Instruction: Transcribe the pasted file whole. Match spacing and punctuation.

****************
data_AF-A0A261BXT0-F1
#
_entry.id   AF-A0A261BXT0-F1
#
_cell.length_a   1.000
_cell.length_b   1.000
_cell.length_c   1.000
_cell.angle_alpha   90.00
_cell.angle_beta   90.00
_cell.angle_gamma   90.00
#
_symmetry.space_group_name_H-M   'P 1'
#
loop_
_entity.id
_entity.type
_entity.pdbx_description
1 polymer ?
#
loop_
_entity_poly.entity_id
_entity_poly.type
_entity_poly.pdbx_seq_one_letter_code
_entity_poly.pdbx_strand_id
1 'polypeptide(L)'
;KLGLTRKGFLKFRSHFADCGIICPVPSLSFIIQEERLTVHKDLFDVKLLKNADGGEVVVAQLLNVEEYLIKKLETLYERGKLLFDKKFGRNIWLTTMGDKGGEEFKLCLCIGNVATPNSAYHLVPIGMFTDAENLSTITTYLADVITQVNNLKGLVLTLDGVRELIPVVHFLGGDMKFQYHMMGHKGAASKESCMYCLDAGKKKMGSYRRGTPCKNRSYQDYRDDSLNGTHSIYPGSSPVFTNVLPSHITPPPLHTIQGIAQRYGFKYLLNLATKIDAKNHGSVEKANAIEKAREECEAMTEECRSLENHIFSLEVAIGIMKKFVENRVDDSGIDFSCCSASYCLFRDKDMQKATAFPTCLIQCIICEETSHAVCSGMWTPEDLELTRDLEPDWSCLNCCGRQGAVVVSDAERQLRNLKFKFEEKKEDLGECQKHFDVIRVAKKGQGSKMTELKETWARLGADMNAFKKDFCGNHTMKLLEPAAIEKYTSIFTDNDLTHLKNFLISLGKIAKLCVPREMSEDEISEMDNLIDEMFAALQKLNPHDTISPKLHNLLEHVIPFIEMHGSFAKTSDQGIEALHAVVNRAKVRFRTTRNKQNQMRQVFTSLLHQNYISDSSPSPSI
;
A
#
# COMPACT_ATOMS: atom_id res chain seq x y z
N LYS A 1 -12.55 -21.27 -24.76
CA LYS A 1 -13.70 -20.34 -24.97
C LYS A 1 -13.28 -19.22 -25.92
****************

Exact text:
data_AF-A0A261BXT0-F1
#
_entry.id   AF-A0A261BXT0-F1
#
_cell.length_a   1.000
_cell.length_b   1.000
_cell.length_c   1.000
_cell.angle_alpha   90.00
_cell.angle_beta   90.00
_cell.angle_gamma   90.00
#
_symmetry.space_group_name_H-M   'P 1'
#
loop_
_entity.id
_entity.type
_entity.pdbx_description
1 polymer ?
#
loop_
_entity_poly.entity_id
_entity_poly.type
_entity_poly.pdbx_seq_one_letter_code
_entity_poly.pdbx_strand_id
1 'polypeptide(L)'
;KLGLTRKGFLKFRSHFADCGIICPVPSLSFIIQEERLTVHKDLFDVKLLKNADGGEVVVAQLLNVEEYLIKKLETLYERGKLLFDKKFGRNIWLTTMGDKGGEEFKLCLCIGNVATPNSAYHLVPIGMFTDAENLSTITTYLADVITQVNNLKGLVLTLDGVRELIPVVHFLGGDMKFQYHMMGHKGAASKESCMYCLDAGKKKMGSYRRGTPCKNRSYQDYRDDSLNGTHSIYPGSSPVFTNVLPSHITPPPLHTIQGIAQRYGFKYLLNLATKIDAKNHGSVEKANAIEKAREECEAMTEECRSLENHIFSLEVAIGIMKKFVENRVDDSGIDFSCCSASYCLFRDKDMQKATAFPTCLIQCIICEETSHAVCSGMWTPEDLELTRDLEPDWSCLNCCGRQGAVVVSDAERQLRNLKFKFEEKKEDLGECQKHFDVIRVAKKGQGSKMTELKETWARLGADMNAFKKDFCGNHTMKLLEPAAIEKYTSIFTDNDLTHLKNFLISLGKIAKLCVPREMSEDEISEMDNLIDEMFAALQKLNPHDTISPKLHNLLEHVIPFIEMHGSFAKTSDQGIEALHAVVNRAKVRFRTTRNKQNQMRQVFTSLLHQNYISDSSPSPSI
;
A
#
# COMPACT_ATOMS: atom_id res chain seq x y z
N LYS A 1 -12.55 -21.27 -24.76
CA LYS A 1 -13.70 -20.34 -24.97
C LYS A 1 -13.28 -19.22 -25.92